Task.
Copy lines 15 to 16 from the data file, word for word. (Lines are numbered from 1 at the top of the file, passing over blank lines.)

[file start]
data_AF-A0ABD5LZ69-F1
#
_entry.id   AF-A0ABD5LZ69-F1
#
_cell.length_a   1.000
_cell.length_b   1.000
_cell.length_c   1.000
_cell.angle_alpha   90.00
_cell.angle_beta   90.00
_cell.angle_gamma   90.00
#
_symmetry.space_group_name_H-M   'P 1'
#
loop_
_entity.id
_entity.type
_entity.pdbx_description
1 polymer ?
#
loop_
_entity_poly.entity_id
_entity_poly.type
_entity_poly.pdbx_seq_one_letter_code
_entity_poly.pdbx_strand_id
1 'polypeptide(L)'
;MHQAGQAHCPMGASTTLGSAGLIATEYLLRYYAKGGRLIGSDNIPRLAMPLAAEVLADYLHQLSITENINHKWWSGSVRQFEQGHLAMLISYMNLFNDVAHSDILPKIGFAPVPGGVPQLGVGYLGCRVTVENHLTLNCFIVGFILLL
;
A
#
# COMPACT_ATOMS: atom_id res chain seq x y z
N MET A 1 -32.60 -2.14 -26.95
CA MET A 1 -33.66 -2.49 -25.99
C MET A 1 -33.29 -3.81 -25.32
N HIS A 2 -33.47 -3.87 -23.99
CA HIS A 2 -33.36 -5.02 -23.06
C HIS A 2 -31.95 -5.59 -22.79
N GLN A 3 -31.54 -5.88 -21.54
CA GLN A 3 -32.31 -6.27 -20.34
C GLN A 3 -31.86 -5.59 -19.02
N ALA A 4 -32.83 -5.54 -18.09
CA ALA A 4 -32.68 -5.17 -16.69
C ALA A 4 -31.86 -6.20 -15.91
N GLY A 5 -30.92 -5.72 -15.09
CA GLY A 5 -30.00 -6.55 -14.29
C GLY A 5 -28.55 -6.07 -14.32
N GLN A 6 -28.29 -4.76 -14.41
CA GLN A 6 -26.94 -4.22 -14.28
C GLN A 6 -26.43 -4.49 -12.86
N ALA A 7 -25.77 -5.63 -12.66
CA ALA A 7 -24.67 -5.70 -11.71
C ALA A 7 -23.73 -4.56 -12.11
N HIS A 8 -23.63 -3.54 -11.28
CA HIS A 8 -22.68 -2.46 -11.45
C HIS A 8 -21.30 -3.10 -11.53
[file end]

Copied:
_entity.id
_entity.type